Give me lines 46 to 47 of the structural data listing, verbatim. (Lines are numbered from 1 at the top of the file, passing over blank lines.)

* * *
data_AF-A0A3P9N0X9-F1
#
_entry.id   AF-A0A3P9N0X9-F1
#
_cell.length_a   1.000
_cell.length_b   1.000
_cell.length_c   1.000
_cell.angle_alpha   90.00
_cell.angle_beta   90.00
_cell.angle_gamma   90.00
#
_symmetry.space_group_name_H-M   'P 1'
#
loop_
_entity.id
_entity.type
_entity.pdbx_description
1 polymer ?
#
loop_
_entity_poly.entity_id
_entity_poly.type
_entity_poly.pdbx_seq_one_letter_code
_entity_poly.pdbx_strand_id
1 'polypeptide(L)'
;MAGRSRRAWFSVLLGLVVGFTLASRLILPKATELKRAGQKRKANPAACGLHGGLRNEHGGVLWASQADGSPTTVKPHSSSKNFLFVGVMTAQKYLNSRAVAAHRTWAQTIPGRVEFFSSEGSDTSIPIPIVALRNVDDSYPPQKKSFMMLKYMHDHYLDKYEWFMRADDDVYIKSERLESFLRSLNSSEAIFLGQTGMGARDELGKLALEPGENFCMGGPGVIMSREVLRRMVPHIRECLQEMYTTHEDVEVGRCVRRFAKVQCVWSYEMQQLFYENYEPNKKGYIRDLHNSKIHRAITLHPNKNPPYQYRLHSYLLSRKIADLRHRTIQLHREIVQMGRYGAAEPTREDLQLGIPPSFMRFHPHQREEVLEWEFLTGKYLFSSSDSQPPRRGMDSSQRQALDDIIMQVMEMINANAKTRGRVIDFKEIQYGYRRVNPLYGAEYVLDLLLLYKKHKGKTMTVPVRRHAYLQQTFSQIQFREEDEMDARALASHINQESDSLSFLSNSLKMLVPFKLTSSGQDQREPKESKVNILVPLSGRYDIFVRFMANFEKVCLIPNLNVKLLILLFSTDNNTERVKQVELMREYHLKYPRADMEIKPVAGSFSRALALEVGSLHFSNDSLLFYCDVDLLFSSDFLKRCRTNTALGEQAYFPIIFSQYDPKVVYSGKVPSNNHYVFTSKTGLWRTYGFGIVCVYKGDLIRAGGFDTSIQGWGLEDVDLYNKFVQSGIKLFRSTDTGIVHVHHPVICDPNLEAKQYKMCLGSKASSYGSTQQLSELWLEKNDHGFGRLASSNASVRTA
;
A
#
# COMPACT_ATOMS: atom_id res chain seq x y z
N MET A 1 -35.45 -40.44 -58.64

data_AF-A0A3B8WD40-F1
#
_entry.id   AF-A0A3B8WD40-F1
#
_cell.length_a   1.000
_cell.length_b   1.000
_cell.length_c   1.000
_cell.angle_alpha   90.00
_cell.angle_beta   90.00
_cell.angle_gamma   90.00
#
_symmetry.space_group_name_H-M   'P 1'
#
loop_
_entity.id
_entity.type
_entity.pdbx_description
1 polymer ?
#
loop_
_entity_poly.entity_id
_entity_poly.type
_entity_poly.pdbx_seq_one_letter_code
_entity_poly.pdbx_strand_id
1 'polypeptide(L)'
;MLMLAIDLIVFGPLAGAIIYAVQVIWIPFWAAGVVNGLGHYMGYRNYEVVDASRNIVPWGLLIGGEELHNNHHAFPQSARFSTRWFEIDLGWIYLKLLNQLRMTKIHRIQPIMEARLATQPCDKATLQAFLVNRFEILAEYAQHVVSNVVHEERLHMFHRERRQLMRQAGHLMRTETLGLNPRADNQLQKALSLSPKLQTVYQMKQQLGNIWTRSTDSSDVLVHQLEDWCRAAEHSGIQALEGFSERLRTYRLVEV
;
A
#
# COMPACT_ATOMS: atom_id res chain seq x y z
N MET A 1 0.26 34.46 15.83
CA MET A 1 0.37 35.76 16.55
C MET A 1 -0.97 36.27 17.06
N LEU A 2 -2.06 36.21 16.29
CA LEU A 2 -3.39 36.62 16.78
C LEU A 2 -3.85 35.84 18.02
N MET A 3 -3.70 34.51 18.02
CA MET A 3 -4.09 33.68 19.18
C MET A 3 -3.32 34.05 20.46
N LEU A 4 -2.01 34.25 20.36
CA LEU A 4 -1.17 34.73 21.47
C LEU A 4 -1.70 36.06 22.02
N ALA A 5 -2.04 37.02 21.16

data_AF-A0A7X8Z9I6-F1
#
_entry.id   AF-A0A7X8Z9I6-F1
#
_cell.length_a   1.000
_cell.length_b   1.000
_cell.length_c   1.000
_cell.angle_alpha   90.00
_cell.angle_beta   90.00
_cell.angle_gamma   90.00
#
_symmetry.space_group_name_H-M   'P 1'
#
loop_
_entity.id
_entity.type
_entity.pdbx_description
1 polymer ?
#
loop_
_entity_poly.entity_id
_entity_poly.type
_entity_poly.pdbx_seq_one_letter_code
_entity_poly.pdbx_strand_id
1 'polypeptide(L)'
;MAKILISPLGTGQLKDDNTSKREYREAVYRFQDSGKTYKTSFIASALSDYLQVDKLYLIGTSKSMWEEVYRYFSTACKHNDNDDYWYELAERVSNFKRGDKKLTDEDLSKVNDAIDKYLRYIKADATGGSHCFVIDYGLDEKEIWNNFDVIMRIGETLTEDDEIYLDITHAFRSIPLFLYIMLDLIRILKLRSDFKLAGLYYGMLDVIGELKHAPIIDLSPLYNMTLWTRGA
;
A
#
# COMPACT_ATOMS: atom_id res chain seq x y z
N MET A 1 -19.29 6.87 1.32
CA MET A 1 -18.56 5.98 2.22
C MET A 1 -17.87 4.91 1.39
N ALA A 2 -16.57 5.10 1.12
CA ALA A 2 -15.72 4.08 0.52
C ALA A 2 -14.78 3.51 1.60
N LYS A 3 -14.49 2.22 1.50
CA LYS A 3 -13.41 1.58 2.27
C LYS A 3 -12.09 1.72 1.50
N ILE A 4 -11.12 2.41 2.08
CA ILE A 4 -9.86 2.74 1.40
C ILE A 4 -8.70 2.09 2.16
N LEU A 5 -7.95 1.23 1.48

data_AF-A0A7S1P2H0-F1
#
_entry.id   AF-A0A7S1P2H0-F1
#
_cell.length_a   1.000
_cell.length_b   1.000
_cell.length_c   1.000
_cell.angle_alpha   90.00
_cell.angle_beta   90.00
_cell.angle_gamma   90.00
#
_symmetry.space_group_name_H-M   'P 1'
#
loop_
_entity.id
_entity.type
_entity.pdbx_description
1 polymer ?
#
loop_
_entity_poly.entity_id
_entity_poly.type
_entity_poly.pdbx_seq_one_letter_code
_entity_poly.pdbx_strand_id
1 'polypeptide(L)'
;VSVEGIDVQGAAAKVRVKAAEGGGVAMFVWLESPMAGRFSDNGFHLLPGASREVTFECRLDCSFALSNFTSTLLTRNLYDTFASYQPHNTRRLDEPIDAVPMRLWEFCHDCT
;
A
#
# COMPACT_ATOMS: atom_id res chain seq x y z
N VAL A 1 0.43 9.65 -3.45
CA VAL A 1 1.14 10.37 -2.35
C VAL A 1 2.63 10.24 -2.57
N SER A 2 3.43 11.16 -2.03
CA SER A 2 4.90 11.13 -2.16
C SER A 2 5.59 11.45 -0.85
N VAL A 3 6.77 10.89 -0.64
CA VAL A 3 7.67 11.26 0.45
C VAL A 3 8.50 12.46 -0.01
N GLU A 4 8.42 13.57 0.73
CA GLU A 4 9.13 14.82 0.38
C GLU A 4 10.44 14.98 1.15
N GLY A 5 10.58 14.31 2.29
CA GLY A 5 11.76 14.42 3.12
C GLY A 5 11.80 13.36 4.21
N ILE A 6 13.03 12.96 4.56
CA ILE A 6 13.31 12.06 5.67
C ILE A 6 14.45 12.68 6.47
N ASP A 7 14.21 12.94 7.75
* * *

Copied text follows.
_entity.id
_entity.type